Contributed By Wes

As I look back on my childhood growing up on a farm and ranch in southern Oklahoma, there is one particular event that was undoubtedly a turning point in my life.  It seemed insignificant and even a little humorous at the time.  But it now stands out because of the compassion and courage of one man-Mr. Thompson.

 Mr. Thompson was a farmer and he was a very large man.  He had to special order his shoes because there weren’t any stores that carried his size 22!  I mention this because it factors into the humorous part of this story.

 On that particular day, two of my best friends in first grade were playing baseball with me in the cow pasture across the gravel road from my farm house.  Mr. Thompson drove up to my house and evidently noticed us playing baseball across the way.  He was our Sunday school teacher (Donovan, Reid, and myself) and had been praying for our salvation.  I believe it was providential that the three of us were together as he arrived to talk with me about Jesus.

 Mr. Thompson got out of his truck and began trying to cross the gully next to the gravel road.  There was a steep embankment on the pasture side of the gully which proved to be a tremendous challenge for a man weighing over 300 pounds.  He was dressed in a dark suit which quickly changed to the reddish brown of Oklahoma dirt as he struggled.  We three boys found it very entertaining as he tried to pull himself up.

 After what seemed like a rather long comedy show, Mr. Thompson finally got to the top of the embankment and then faced the even bigger challenge of getting through a barbed, five-wire fence.   After several attempts to climb over the fence without success, he finally managed to crawl under, but not without tearing the pants leg of his suit.  I remember us laughing about his appearance as he made his way across the pasture.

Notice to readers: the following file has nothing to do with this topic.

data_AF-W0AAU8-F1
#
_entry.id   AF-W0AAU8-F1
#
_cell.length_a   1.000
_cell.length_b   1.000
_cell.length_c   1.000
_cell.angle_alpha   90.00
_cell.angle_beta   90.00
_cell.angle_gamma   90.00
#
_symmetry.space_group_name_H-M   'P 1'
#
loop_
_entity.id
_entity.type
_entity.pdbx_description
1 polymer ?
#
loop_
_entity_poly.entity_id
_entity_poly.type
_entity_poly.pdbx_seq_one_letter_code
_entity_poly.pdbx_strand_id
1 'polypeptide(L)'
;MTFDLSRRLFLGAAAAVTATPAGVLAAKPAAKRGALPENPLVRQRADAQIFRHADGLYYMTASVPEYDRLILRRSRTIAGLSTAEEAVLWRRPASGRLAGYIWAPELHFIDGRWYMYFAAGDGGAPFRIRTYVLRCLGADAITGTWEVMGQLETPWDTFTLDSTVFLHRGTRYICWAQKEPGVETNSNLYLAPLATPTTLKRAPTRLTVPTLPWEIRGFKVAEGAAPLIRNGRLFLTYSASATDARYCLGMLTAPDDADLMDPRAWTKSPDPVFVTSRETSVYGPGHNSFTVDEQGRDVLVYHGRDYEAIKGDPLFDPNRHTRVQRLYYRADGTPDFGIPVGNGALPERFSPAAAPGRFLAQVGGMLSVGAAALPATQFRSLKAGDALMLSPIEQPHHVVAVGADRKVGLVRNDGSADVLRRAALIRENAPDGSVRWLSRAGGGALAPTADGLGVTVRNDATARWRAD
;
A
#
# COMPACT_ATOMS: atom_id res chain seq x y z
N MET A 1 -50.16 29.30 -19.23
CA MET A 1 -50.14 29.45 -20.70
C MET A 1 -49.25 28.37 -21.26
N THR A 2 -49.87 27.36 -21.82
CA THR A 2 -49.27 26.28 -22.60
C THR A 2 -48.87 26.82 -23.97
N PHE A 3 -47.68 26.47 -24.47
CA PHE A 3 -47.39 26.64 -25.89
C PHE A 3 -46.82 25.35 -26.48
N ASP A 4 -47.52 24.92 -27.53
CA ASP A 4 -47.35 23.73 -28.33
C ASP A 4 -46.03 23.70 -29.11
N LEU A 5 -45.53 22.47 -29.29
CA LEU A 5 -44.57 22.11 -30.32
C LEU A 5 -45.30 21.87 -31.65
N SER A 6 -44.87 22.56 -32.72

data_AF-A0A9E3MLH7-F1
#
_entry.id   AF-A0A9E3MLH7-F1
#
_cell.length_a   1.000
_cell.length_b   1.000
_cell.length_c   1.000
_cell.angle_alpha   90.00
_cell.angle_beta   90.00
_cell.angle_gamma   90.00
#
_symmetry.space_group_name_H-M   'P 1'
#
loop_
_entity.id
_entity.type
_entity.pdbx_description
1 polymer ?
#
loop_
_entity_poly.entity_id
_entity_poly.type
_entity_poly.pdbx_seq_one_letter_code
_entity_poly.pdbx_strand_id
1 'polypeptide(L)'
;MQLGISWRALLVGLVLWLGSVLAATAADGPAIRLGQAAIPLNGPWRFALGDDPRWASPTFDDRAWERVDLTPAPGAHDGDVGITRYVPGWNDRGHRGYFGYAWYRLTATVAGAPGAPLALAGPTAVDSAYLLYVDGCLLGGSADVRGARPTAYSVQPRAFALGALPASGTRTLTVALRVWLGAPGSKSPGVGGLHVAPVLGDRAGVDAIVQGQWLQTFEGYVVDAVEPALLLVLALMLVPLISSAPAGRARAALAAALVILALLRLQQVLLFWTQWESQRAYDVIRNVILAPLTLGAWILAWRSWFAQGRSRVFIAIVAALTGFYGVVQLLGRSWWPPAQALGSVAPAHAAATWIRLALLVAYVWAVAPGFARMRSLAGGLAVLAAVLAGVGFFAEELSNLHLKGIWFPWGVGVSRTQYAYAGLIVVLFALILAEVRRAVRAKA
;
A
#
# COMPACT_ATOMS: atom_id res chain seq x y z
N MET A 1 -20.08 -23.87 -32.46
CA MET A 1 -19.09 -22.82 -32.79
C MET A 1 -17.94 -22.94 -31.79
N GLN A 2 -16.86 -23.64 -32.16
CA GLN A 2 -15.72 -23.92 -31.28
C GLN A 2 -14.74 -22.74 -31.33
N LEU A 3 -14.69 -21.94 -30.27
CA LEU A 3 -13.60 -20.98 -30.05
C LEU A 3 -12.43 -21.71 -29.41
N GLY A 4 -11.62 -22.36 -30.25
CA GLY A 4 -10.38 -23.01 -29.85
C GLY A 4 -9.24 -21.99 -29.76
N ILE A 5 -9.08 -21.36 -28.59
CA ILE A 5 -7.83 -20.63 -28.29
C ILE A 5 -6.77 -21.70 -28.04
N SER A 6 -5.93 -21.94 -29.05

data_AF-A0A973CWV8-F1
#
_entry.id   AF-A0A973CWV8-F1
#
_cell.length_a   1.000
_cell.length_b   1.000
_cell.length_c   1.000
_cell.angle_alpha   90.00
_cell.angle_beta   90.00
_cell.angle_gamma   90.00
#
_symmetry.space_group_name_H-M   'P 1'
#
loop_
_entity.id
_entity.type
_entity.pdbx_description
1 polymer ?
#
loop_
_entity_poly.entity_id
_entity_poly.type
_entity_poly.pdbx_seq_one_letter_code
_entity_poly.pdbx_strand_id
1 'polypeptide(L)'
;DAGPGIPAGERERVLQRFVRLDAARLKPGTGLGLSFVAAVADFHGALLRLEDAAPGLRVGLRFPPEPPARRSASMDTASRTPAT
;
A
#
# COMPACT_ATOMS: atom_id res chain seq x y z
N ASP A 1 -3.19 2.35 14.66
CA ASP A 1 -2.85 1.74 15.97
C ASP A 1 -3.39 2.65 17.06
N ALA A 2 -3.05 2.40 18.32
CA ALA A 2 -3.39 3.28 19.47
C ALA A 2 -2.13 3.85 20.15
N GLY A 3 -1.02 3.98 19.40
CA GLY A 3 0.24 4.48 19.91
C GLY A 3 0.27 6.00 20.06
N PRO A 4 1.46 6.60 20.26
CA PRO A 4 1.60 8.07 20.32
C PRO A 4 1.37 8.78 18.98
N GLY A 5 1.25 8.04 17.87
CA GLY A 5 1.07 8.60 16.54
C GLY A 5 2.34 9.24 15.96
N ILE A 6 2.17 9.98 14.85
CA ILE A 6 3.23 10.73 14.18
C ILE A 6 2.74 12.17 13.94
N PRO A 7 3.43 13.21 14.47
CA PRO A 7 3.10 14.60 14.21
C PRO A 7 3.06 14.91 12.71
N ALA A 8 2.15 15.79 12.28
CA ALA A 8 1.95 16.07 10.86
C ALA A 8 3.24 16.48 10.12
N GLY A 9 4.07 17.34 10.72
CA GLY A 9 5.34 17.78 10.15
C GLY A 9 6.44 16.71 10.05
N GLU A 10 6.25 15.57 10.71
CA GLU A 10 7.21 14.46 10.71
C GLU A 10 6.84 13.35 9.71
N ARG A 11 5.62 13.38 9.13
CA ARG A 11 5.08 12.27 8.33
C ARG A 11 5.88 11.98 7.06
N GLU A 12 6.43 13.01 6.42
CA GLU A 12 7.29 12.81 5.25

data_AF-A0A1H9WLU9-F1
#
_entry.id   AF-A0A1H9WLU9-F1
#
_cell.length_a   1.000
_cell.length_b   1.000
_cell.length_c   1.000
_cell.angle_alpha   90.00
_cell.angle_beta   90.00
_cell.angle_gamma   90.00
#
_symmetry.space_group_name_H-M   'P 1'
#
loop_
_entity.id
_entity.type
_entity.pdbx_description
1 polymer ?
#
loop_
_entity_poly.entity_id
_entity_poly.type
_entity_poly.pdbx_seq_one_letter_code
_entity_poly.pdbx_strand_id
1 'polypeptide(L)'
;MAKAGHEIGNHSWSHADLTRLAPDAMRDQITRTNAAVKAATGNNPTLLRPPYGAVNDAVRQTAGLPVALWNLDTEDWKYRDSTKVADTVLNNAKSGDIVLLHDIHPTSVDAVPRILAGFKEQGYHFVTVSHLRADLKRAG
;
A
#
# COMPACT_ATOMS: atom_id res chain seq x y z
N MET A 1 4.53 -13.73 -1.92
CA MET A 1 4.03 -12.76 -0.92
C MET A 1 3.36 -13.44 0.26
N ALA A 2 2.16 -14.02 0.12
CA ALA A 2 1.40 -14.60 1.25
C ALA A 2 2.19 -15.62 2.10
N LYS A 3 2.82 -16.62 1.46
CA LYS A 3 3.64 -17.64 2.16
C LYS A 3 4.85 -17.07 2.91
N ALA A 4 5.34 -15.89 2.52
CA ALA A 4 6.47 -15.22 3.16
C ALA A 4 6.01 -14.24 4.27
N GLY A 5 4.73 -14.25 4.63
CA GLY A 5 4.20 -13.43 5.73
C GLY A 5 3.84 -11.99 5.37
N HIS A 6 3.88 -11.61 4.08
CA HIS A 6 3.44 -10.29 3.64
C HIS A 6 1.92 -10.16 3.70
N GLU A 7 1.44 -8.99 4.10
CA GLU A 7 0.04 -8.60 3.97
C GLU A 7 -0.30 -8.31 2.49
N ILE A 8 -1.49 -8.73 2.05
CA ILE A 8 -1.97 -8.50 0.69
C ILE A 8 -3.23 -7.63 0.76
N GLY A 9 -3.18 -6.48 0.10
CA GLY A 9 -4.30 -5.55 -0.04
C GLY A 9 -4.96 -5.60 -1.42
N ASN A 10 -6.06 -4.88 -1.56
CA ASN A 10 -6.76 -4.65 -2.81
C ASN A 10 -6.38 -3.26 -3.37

When he finally reached us, he sat down on the ground to catch his breath.  We sat down too as he started to talk to us about why he was there.  I remember his tone of voice was sincere and compassionate and it was easy to take what he was saying serious as we began listening to him.  He talked about our sin, about the condition that that sin had put us in, and about what God had done to remedy our condition.  That afternoon, sitting in a dusty cow pasture, three young Oklahoma boys accepted Jesus as their savior.

 I will always be thankful for parents who took me to Sunday school… and for a Sunday school teacher who cared.

 “How then will they call on Him in whom they have not believed? How will they believe in Him whom they have not heard? And how will they hear without a preacher? How will they preach unless they are sent? Just as it is written, ‘How beautiful are the feet of those who bring good news of good things’.” (Romans 10:14-15)